Mid Sussex Sinfonia celebrate Beethoven’s birth 250 years ago - review

REVIEW BY Rebecca Dowden

Wednesday, 26th February 2020, 6:07 pm
Updated Wednesday, 26th February 2020, 6:08 pm
Mid Sussex Sinfonia

Symphony No.9 in D Minor (Choral)

Beethoven’s magnificent, ground breaking and final symphony was presented by Mid Sussex Sinfonia in association with Coro Nuovo on Saturday, 22nd February at the King’s Centre, Burgess Hill. A sell out audience of over 300 supported the performers in their commemoration of Beethoven’s birth 250 years ago in 1770. This occasion was also fortunate to have four vocal soloists with flourishing international careers who combined with orchestra and choir to carry the piece through to its triumphant conclusion.

The ninth symphony incorporates Schiller’s poem, An die Freude in the final movement. This was the first time choir and soloists had been part of a symphonic work. Beethoven had known the poem from his teenage years and empathised with its idealism. It addresses the unity of all mankind and the Ode to Joy melody has become, for many, a national anthem for humanity. The work is considered by music historians as the ultimate symphony with its compositional imagination, technical difficulty (for the period) and use of form. Taking on this challenge was quite a task for last Saturday’s performers but one well worth taking. It did feel that the enormity of the undertaking meant that the conductor and orchestra took some time to settle. However, nerves in the first movement did steady after the unison passages. The orchestra responded much better to conductor, Peter Fender’s measured approach to the molto vivace in the second movement and by the third movement had found their usual quality of phrasing and coordination. In the Adagio molto e cantabile, the melodic line in the 1st violins was achieved with a calm contemplation.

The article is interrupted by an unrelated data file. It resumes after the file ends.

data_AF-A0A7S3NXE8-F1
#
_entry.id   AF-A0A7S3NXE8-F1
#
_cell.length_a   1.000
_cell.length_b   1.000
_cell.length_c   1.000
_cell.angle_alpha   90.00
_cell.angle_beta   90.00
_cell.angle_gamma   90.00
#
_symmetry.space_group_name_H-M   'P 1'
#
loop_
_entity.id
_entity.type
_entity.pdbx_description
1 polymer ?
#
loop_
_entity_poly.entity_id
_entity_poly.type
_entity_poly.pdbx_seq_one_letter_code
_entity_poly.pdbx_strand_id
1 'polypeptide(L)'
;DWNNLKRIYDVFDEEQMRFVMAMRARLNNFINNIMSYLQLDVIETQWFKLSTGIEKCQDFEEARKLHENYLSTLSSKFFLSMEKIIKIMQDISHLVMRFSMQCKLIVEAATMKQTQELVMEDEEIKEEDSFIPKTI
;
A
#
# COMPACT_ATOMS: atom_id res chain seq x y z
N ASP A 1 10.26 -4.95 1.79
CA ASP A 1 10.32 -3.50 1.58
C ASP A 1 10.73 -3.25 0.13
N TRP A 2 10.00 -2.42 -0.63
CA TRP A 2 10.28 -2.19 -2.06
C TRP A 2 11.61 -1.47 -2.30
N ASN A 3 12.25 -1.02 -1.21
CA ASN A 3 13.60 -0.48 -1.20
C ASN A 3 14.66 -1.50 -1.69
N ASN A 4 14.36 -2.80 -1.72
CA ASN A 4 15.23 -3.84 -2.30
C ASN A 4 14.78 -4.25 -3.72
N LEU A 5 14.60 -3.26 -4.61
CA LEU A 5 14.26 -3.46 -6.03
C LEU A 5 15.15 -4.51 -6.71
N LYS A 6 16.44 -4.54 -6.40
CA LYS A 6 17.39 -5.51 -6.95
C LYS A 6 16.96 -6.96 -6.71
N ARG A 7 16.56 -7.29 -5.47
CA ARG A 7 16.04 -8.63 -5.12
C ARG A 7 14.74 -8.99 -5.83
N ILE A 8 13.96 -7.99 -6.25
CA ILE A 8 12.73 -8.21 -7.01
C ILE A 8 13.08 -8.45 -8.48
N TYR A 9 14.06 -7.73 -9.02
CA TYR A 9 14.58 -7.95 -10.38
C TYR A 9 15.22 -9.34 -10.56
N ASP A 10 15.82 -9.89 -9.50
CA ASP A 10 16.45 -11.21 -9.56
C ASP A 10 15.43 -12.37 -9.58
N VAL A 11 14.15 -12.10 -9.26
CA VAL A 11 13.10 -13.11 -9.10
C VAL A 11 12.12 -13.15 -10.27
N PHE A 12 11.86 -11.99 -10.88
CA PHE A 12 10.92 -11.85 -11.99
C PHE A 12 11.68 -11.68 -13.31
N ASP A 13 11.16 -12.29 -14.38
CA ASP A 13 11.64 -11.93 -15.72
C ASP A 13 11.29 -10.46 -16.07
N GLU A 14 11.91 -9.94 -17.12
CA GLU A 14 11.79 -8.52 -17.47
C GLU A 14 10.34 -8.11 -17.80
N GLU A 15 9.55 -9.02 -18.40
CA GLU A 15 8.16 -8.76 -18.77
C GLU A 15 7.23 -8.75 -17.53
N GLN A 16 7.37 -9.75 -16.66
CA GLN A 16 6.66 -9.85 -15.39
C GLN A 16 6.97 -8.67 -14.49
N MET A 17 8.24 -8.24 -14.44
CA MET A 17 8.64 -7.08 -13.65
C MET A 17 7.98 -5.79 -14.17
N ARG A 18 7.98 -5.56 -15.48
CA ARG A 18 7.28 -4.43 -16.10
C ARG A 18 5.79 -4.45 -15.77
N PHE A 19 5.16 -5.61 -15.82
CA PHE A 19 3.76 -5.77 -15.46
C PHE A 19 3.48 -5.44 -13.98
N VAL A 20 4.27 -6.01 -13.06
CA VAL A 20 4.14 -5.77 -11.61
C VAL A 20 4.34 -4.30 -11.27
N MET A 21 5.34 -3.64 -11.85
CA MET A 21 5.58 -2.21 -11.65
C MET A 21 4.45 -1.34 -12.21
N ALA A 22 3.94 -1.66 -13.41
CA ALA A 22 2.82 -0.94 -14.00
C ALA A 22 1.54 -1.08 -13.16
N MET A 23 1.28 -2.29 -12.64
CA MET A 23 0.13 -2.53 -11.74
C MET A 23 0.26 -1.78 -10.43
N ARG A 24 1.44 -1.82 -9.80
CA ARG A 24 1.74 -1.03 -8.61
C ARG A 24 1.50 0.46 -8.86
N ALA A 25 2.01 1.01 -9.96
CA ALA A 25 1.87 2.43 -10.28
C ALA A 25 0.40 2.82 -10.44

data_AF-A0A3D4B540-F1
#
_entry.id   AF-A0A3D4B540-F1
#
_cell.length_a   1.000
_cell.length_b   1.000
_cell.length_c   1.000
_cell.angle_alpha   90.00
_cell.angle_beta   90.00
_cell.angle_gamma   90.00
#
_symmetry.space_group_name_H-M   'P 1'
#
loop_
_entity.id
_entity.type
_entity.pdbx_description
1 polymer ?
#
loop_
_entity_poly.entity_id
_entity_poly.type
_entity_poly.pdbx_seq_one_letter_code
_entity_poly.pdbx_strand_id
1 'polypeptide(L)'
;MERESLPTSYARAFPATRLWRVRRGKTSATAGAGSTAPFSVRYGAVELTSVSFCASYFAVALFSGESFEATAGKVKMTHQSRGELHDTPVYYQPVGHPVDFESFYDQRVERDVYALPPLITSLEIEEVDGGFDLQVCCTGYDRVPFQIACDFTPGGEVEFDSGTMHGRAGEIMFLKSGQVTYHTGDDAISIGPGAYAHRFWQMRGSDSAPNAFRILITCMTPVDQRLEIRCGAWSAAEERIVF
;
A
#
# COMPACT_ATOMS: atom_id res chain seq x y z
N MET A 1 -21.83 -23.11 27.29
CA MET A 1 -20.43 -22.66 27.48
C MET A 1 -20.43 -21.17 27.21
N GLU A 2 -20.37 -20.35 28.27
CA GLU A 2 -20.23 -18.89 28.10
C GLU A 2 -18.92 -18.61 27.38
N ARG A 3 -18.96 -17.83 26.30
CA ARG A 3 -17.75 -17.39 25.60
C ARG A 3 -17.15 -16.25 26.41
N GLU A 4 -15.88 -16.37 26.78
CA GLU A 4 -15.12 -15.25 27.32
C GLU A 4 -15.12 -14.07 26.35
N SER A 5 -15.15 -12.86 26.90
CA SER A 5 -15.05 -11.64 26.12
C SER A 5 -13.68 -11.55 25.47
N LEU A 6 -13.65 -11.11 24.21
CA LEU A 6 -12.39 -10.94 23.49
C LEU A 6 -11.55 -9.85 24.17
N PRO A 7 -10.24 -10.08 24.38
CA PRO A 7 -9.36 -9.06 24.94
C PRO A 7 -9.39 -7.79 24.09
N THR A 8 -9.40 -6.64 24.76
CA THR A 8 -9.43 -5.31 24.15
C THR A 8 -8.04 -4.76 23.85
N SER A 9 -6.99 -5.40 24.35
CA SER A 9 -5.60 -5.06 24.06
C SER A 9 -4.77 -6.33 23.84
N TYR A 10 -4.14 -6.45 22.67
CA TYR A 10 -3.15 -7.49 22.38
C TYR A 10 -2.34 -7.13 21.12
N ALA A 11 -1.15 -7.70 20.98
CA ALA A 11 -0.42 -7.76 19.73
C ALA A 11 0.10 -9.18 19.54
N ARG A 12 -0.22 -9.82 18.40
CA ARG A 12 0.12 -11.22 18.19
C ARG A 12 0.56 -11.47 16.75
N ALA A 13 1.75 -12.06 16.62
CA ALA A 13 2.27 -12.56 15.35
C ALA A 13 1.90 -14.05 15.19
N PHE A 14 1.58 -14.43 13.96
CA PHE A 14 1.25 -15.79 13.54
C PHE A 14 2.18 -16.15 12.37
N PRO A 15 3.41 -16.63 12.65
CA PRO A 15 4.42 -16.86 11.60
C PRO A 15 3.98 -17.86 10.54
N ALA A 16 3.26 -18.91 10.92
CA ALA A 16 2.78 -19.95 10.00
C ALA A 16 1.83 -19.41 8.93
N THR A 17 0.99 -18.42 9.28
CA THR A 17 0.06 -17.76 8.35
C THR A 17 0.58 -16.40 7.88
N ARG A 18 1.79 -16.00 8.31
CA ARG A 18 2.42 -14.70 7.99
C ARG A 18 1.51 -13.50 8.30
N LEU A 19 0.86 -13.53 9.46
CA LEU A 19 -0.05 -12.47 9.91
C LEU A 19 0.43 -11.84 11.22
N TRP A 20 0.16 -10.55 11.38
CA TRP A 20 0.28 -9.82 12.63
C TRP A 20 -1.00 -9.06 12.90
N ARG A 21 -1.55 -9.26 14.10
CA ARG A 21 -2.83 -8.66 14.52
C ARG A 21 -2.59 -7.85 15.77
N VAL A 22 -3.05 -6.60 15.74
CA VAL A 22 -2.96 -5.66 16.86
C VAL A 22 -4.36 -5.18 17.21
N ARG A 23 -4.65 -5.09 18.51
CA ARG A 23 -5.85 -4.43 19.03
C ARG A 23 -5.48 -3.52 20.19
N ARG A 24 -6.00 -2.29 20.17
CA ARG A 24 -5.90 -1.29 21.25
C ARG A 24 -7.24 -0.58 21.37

The fourth movement brings all the accumulated forces together. The choir which had been well prepared by their chorus master, Andrew Rees, sang with passion, accuracy and richness of tone. This is no easy sing and their courage was rewarded with a sound that filled the generous acoustic of the venue. The soloists, Jo Appleby, Andrew Rees, Mae Heydorn & Riccardo Simonetti impressed. Their wealth of high-level operatic experience was essential for this work as the writing is dramatic, wide in range and requires the ability to project tone and text in demanding, short bursts. I can imagine that keeping hold of the reins on this musical thoroughbred is a challenge and there were times when the tempi did feel rushed. The climax of the piece was resounding and every performer’s commitment acknowledged by the appreciative audience. What a wonderful way to bring so many people together in celebration of such an influential and beloved composer.

Rebecca Dowden